By STRATEGIC L'S
IT is not too sanguine to suggest that events below the Dnieper are moving towards a climax. Manstein is as usual attempting to ward off, or limit the effects of, this climax ; but it can be seen that his position grows steadily worse. A short time ago there appeared in one of the newspapers a report that the Germans had concentrated in Poland a strategic reserve of some 6o divisions. If that were the case, the mystery of the development of the great battle below the Dnieper would be greater than it is. That it could bear some elucidation can be gathered from the fact that it has even been suggested that Manstein is holding his hand at present because he is placed completely at a loss by the unsound strategy of the Russian command. Vatutin has been set to develop his offensive towards the west at the same time that he is trying to press southward. But there is nothing particularly novel in that development. Even on purely conventional lines, when he is striking a critical blow towards the south, he would at least have some care to his western flank, which faces the main communications and bases of the German forces. But the position is even less novel. When the Germans launched their offensive against Russia in 1941 they struck in a similarly divergent way—towards the north and towards the west. They were aiming at Leningrad and Minsk, and the effect of their form of attack was to disrupt the Russian defensive completely over a great area on what is now the northern and central fronts.
This, then, seems an unsatisfying explanation of the failure of, Manstein to deliver the counter-attack which alone, can promise to extricate him from a position which steadily grows in gravity. It is the astonishing fact that his troops have as yet shown no sign of breaking under a strain that must be testing the very core of their and their commanders' skill and resolution. For the map makes it clear that they are now called on to hold a vastly longer line than they were able to maintain intact before the full weight of the winter offensive broke upon them. It is no wonder that Kirovograd fell ; the wonder is that several divisions were annihilated rather than surrender when their position had become hopeless. Indeed, the readiest explanation of Manstein's failure to deliver the required counter-attack would be that he no longer has the operational reserves with which to launch it. There appears to be no evidence of the existence of any great, if any, strategic reserve. And now when the old game of buttressing one point with troops taken from another would seem to be indicated, most of the sectors have been so stretched that they need additional troops to hold them.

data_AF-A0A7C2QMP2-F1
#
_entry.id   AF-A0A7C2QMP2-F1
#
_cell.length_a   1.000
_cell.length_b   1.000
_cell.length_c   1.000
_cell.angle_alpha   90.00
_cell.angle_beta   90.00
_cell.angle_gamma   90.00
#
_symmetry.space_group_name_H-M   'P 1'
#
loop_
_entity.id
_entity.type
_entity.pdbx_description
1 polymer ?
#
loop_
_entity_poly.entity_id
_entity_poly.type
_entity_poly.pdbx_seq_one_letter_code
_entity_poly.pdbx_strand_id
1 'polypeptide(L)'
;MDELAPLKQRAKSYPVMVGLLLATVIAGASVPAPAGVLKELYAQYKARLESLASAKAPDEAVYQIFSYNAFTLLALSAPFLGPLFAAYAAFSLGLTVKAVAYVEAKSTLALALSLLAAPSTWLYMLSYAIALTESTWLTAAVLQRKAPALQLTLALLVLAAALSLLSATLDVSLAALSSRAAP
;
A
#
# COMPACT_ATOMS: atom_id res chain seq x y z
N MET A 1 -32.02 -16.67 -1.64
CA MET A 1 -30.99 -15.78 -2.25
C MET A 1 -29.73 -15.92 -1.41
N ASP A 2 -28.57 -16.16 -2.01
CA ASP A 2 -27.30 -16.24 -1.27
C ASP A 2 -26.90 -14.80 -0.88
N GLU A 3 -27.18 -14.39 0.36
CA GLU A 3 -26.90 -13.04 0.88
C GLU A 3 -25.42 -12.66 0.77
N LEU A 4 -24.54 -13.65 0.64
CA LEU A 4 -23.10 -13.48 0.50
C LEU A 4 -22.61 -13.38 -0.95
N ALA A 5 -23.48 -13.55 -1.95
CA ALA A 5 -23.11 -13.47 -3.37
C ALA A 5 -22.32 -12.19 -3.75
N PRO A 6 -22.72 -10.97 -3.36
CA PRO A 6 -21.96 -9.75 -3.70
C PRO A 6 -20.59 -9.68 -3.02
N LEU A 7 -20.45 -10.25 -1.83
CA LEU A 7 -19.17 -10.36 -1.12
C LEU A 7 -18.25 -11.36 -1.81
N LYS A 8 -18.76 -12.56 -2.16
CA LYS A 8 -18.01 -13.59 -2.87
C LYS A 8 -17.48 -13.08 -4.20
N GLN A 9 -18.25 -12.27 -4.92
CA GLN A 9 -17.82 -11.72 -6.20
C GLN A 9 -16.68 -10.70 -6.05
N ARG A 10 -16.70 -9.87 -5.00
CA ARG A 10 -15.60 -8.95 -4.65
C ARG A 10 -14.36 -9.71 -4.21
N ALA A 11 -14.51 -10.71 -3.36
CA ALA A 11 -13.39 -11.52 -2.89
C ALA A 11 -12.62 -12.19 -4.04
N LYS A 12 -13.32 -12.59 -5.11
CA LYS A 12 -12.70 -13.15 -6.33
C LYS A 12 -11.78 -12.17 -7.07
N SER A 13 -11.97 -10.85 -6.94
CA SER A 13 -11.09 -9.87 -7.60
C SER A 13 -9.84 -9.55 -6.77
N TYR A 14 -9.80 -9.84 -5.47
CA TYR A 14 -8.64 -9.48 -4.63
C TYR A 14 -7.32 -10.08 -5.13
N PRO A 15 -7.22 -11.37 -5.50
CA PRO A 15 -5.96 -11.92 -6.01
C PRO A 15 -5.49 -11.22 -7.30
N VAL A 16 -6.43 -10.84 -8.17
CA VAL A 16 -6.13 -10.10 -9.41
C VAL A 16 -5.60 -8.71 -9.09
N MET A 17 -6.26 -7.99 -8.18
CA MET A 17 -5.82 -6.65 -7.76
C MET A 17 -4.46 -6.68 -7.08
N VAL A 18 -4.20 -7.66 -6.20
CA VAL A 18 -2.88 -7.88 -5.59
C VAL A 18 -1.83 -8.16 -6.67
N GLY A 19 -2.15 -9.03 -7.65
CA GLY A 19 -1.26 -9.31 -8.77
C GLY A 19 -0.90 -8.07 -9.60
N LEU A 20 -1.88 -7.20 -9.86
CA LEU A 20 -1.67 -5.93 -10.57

At some point in most battles the commanders call for reinforce- ments, and it is the role, of the commander-in-chief to dole out what he can where it is most necessary. But whence will Manstein draw his reserves? Below the Dnieper the communications tend to become insufficient for supply or withdrawal. The main line between Lemberg and Odessa is less than twenty miles distant from the advanced troops of Vatutin, and this- is no mere foray. The troops are approaching the railway on a broad front, and one by one the tributaries that connect up the main al-Eery with the forward German troops are being cut. Somewhere a great battle must be fought if the armies are to be relieved from the spectre of disaster. History is the great master of irony. Would it not be the supreme artistry if it should fall out that this great battlefield should centre in Uman, where the Germans tore a wide gap in Budenny's army group in top? The Russians have now driven in towards that place, and though it is cold realism that shapes the Russian strategy, it is quite possible that in this area the critical battle will be fought.
But to realise the conditions under which it must take place it is necessary to recognise that the Germans, still hold fast to a few miles of the river. This foothold separates the army of Vatutin from that of Koniev. It may be something under thirty miles at the river bank ; but it is now a salient, and the mouth of the wedge
less than So miles across. While Koniev is smashing his way through fixed defences of great depth and intricacy, and in so doing destroying eight divisions, while Vatutin is pushing south past Vinnitsa on the Bug, while the same general is thrust ng deep into Poland, this pocket is still obstinately held. From every side it is being battered by powerful artillery concentrations. The Russ:an infantry, flushed with over a year's run of successes, are anxious to add another name to their banners by closing the sack ; but the Germans sit tight. There are still some very obstinate rocks in front of the Russian advance.